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Drugs: Counterfeit Manufacturing

Question for Department of Health and Social Care

UIN HL11970, tabled on 3 December 2018

To ask Her Majesty's Government what plans they have to protect patients from counterfeit medicines if the Falsified Medicines Directive ceases to apply in the UK after Brexit.

Answered on

13 December 2018

In the United Kingdom, strict regulatory controls govern the sale, supply, manufacture, distribution and advertising of medicinal products. Although no fatalities in the UK have been attributed to a falsified medicine sourced from the UK regulated supply chain, the potential threat to patient health is recognised and taken seriously across Government.

The European Union Falsified Medicines Directive (FMD) was adopted in 2011 and introduced new harmonised measures to ensure that medicines in the EU are safe and that trade in medicines is properly controlled.

The parts of the Directive that have already been implemented – including tougher rules on the control and inspection of producers of active pharmaceutical ingredients – would be converted into UK law through the Withdrawal Act and therefore remain in place after exit.

The final element of the Directive – the Delegated Regulation for new safety features – is due to come into force in February 2019, including the creation of a central EU data hub. The UK will still be a Member State in February 2019 and will therefore implement the FMD Delegated Regulation in line with our existing obligations.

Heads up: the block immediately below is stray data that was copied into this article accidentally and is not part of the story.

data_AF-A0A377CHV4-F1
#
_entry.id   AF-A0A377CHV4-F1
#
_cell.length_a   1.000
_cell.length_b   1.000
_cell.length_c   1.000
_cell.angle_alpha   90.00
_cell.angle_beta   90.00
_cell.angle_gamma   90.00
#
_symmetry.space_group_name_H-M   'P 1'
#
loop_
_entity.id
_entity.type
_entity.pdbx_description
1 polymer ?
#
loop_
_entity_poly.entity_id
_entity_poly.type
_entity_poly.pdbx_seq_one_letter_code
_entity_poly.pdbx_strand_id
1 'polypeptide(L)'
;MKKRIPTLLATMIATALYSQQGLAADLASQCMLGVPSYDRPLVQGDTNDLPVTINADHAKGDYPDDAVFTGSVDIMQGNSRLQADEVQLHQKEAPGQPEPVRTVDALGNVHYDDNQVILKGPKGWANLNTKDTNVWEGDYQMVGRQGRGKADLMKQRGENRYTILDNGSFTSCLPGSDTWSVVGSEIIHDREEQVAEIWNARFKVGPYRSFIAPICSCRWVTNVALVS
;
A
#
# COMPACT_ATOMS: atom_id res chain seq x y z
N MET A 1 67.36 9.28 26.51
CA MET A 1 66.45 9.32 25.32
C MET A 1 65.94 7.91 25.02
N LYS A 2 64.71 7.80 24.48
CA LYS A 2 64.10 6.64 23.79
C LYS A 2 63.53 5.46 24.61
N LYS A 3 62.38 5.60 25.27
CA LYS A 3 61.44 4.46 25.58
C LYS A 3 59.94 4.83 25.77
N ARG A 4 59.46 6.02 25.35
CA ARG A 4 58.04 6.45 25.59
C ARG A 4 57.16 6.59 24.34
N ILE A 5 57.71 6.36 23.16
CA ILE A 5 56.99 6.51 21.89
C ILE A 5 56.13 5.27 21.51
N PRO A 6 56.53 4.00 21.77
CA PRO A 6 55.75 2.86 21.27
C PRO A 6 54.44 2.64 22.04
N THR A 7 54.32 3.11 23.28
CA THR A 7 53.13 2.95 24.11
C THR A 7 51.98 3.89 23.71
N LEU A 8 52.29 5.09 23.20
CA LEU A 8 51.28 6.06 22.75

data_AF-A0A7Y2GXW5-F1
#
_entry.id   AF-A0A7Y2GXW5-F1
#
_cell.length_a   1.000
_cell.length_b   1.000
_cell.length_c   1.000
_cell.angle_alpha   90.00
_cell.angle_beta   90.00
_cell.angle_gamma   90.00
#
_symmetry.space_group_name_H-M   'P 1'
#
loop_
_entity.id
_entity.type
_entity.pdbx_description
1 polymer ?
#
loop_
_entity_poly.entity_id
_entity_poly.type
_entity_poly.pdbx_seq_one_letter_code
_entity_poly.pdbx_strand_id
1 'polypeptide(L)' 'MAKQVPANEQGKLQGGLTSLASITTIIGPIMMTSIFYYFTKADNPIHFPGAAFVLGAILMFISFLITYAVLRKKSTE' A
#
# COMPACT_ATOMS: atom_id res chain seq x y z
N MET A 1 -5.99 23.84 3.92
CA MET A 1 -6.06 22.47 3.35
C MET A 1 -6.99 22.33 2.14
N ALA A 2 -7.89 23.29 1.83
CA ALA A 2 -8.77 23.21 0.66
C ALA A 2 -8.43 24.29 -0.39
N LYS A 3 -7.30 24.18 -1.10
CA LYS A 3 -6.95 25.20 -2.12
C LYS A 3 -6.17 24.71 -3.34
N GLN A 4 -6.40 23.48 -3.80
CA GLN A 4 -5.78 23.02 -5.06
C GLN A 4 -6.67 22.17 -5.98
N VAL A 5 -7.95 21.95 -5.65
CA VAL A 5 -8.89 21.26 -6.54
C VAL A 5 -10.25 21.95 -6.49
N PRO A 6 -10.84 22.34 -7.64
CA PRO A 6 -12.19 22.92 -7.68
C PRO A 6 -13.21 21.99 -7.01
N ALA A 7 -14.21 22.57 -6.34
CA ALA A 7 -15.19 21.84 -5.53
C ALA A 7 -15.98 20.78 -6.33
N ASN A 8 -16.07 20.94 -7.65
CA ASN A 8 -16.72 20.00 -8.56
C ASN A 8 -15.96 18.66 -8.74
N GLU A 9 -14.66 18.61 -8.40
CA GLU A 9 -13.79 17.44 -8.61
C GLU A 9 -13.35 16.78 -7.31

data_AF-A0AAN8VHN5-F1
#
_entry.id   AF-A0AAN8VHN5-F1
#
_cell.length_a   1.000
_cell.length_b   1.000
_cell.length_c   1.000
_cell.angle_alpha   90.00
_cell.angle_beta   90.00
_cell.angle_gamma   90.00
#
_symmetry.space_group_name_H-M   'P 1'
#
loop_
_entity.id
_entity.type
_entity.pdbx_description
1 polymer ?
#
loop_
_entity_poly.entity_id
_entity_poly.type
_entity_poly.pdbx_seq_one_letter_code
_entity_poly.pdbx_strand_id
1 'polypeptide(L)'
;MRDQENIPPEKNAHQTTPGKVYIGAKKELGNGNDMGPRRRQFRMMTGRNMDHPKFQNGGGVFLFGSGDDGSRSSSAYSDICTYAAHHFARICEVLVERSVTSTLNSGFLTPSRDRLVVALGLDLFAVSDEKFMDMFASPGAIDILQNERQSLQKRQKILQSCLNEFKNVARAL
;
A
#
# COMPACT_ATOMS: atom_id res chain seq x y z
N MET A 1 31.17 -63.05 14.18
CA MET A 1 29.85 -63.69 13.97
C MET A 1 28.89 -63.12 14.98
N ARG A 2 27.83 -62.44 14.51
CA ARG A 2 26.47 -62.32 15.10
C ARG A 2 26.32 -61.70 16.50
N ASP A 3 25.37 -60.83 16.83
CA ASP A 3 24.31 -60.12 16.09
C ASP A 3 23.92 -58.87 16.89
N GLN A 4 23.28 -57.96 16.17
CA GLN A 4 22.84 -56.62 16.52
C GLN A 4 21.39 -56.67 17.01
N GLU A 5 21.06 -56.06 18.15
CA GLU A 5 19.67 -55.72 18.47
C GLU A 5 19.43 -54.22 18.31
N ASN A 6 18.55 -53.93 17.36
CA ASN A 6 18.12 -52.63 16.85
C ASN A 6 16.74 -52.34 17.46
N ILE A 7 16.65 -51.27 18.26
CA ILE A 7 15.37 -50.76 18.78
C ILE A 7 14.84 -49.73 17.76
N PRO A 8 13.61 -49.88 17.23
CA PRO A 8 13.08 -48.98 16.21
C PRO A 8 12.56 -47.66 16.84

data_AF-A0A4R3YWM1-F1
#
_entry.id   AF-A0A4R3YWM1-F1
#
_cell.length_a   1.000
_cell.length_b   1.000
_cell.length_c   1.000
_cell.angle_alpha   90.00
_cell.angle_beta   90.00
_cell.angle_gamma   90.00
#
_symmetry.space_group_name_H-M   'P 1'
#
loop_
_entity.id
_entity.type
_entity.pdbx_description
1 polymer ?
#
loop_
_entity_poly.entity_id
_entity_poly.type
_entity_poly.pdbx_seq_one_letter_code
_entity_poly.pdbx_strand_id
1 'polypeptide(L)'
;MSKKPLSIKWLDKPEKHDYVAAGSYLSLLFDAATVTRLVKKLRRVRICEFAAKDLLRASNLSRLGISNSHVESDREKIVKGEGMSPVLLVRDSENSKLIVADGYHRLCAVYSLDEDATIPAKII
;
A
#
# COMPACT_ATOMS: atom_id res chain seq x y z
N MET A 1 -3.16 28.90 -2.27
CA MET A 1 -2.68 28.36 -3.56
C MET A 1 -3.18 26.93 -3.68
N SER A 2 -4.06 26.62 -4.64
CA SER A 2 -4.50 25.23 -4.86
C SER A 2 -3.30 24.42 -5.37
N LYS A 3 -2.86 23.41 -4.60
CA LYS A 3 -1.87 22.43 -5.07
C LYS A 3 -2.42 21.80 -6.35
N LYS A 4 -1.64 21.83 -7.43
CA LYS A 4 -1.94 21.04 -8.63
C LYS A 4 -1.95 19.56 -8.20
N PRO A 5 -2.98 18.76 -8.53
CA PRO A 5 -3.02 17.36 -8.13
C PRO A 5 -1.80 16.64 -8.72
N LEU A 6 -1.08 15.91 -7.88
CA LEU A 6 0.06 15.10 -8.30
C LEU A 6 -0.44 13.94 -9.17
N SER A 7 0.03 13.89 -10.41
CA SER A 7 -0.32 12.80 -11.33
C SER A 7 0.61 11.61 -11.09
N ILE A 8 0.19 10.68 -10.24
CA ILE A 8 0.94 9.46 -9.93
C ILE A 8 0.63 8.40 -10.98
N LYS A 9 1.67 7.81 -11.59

In terms of what would happens after the UK exits the EU, during an implementation period the UK would maintain the new safety features and retain access to the EU central data hub, with arrangements beyond the implementation period still subject to negotiation. In the unlikely event the UK leaves the EU in March 2019 with no deal in place, then as stated in the Medicines and Healthcare products Regulatory Agency recent No Deal consultation, we expect the UK would not have access to the EU central data hub, and therefore the proposal is that legal obligations related to this would be removed for actors in the UK supply chain. In the interests of public safety, we would then evaluate the options around a future national falsified medicines framework.

Whatever the exit scenario, we will continue to ensure that UK patients are able to access the best and most innovative medicines and that their safety is protected.

Answered by

Department of Health and Social Care